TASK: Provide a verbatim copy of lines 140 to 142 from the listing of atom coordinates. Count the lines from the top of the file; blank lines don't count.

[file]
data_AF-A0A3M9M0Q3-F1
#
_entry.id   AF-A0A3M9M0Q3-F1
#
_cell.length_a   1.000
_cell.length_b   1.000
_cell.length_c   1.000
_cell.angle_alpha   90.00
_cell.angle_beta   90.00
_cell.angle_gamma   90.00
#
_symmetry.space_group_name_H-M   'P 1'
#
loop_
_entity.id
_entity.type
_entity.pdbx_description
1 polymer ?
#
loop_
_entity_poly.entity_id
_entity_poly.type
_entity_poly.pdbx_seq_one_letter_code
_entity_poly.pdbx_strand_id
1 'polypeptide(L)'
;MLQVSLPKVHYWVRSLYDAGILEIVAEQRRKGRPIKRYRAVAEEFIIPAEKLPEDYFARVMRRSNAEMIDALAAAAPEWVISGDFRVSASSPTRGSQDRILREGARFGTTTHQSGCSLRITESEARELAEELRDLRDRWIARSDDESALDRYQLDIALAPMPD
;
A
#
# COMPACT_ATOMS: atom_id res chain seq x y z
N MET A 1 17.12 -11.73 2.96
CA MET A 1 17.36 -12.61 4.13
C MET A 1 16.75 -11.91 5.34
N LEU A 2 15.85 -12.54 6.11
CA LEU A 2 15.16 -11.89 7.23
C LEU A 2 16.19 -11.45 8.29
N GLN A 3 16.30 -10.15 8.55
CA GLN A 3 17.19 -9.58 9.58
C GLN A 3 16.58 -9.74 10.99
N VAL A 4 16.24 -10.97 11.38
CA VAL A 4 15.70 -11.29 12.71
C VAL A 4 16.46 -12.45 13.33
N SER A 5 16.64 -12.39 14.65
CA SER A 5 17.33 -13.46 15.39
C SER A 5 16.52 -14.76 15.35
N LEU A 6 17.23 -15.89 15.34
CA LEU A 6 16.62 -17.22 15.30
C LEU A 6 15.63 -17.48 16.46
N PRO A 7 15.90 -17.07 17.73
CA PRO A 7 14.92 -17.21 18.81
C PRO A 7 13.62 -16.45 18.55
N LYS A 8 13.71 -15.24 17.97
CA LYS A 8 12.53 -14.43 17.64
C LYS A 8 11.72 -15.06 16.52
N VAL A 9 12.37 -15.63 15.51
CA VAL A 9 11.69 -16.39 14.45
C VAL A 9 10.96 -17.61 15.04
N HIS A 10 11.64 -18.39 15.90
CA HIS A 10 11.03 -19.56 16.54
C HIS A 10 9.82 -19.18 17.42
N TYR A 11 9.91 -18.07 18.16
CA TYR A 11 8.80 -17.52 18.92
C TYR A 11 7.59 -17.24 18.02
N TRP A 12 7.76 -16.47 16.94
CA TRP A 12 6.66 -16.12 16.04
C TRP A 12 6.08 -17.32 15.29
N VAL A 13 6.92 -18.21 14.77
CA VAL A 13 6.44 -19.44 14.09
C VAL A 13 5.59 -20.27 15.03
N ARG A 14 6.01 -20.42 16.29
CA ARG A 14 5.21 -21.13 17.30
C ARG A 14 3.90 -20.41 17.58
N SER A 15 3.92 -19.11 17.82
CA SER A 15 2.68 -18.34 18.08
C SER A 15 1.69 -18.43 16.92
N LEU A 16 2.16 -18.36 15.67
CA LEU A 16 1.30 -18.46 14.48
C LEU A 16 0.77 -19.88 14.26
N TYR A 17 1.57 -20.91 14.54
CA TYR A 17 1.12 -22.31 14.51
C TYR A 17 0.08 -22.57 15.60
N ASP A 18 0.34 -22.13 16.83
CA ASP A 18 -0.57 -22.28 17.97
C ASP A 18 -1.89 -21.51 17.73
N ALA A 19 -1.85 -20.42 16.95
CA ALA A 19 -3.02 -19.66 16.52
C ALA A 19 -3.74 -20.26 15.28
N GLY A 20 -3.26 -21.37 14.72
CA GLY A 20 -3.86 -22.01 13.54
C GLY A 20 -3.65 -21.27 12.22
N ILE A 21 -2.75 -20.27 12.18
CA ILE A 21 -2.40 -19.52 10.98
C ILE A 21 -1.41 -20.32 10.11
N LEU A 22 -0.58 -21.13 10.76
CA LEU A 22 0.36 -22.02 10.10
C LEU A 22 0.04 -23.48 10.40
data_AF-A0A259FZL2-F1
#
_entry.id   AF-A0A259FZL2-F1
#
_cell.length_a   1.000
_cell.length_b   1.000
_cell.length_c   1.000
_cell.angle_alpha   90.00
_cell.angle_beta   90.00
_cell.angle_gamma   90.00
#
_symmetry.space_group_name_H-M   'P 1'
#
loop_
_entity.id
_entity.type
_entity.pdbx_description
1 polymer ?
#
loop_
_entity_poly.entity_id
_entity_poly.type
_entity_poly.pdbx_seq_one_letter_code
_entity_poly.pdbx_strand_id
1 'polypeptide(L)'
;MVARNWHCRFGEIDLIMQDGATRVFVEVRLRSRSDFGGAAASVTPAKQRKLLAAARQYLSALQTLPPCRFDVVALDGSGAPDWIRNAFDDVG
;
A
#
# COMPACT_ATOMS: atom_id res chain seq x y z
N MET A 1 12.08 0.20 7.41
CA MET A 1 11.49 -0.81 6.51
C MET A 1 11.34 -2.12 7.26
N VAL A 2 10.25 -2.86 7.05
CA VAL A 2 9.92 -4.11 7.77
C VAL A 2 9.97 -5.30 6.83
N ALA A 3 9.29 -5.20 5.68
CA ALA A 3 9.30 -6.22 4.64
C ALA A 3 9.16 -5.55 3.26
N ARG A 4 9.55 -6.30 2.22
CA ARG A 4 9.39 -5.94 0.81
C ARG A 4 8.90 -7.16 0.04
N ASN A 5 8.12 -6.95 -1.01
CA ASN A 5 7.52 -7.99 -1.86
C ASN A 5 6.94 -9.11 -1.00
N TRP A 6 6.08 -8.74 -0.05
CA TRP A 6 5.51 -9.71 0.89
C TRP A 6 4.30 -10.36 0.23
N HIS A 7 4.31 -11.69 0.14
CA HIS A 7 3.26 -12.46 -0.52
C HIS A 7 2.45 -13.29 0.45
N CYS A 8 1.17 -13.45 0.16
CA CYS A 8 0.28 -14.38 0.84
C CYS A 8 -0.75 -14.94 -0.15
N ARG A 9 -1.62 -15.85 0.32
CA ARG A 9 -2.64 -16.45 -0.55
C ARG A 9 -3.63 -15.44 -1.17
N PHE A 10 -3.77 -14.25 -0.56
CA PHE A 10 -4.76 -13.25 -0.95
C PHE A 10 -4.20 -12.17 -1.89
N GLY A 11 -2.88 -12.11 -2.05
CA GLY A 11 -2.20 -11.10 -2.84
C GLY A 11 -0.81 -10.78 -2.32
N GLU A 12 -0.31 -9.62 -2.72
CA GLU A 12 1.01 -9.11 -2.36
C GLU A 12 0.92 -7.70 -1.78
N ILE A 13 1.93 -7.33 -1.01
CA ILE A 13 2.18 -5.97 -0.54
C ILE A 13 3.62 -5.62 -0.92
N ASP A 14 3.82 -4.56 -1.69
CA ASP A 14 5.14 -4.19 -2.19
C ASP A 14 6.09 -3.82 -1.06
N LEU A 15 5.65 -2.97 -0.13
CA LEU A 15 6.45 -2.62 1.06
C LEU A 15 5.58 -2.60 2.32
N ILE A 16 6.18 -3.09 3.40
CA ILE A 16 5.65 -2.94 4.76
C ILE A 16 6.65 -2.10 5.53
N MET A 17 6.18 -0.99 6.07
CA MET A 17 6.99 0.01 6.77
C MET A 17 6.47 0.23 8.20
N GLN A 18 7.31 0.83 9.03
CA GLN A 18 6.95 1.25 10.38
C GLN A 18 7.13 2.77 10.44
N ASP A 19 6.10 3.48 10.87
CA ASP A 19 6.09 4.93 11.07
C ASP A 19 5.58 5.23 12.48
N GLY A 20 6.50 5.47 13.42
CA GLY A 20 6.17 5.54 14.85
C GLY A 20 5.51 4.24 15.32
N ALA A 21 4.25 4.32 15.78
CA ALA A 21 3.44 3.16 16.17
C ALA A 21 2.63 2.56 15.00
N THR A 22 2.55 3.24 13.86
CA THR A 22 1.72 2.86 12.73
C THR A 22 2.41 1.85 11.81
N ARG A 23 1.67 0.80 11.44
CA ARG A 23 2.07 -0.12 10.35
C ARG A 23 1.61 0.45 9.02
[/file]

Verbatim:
CA ASN A 5 7.52 -7.99 -1.86
C ASN A 5 6.94 -9.11 -1.00
N TRP A 6 6.08 -8.74 -0.05